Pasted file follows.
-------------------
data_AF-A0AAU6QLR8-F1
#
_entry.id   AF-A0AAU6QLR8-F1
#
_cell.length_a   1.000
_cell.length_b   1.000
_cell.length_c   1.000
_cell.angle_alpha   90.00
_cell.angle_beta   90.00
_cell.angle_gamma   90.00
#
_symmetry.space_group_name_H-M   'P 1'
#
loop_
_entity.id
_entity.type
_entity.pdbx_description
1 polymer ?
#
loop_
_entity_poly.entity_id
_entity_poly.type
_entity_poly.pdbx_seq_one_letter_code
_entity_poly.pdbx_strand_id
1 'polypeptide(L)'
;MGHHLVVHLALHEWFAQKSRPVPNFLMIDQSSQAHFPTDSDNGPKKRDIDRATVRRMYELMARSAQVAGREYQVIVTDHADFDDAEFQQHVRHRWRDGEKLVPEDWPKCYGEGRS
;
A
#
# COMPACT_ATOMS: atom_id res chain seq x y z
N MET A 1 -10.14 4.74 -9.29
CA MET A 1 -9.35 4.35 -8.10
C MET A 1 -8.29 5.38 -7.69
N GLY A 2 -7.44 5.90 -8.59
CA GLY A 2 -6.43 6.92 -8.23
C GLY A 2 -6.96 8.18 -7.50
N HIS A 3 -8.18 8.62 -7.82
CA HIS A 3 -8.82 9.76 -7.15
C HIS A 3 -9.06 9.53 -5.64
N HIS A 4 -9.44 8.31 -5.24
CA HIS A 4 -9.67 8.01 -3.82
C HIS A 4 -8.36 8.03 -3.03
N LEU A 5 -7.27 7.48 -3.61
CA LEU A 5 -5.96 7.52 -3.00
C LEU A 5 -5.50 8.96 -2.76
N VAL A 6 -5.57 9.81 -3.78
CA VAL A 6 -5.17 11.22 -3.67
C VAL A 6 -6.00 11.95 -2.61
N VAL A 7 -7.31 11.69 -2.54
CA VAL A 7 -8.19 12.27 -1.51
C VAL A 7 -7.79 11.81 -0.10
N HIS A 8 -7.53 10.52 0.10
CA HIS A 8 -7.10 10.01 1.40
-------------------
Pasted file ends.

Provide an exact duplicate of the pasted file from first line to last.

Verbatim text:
data_AF-A0AAU6QLR8-F1
#
_entry.id   AF-A0AAU6QLR8-F1
#
_cell.length_a   1.000
_cell.length_b   1.000
_cell.length_c   1.000
_cell.angle_alpha   90.00
_cell.angle_beta   90.00
_cell.angle_gamma   90.00
#
_symmetry.space_group_name_H-M   'P 1'
#
loop_
_entity.id
_entity.type
_entity.pdbx_description
1 polymer ?
#
loop_
_entity_poly.entity_id
_entity_poly.type
_entity_poly.pdbx_seq_one_letter_code
_entity_poly.pdbx_strand_id
1 'polypeptide(L)'
;MGHHLVVHLALHEWFAQKSRPVPNFLMIDQSSQAHFPTDSDNGPKKRDIDRATVRRMYELMARSAQVAGREYQVIVTDHADFDDAEFQQHVRHRWRDGEKLVPEDWPKCYGEGRS
;
A
#
# COMPACT_ATOMS: atom_id res chain seq x y z
N MET A 1 -10.14 4.74 -9.29
CA MET A 1 -9.35 4.35 -8.10
C MET A 1 -8.29 5.38 -7.69
N GLY A 2 -7.44 5.90 -8.59
CA GLY A 2 -6.43 6.92 -8.23
C GLY A 2 -6.96 8.18 -7.50
N HIS A 3 -8.18 8.62 -7.82
CA HIS A 3 -8.82 9.76 -7.15
C HIS A 3 -9.06 9.53 -5.64
N HIS A 4 -9.44 8.31 -5.24
CA HIS A 4 -9.67 8.01 -3.82
C HIS A 4 -8.36 8.03 -3.03
N LEU A 5 -7.27 7.48 -3.61
CA LEU A 5 -5.96 7.52 -3.00
C LEU A 5 -5.50 8.96 -2.76
N VAL A 6 -5.57 9.81 -3.78
CA VAL A 6 -5.17 11.22 -3.67
C VAL A 6 -6.00 11.95 -2.61
N VAL A 7 -7.31 11.69 -2.54
CA VAL A 7 -8.19 12.27 -1.51
C VAL A 7 -7.79 11.81 -0.10
N HIS A 8 -7.53 10.52 0.10
CA HIS A 8 -7.10 10.01 1.40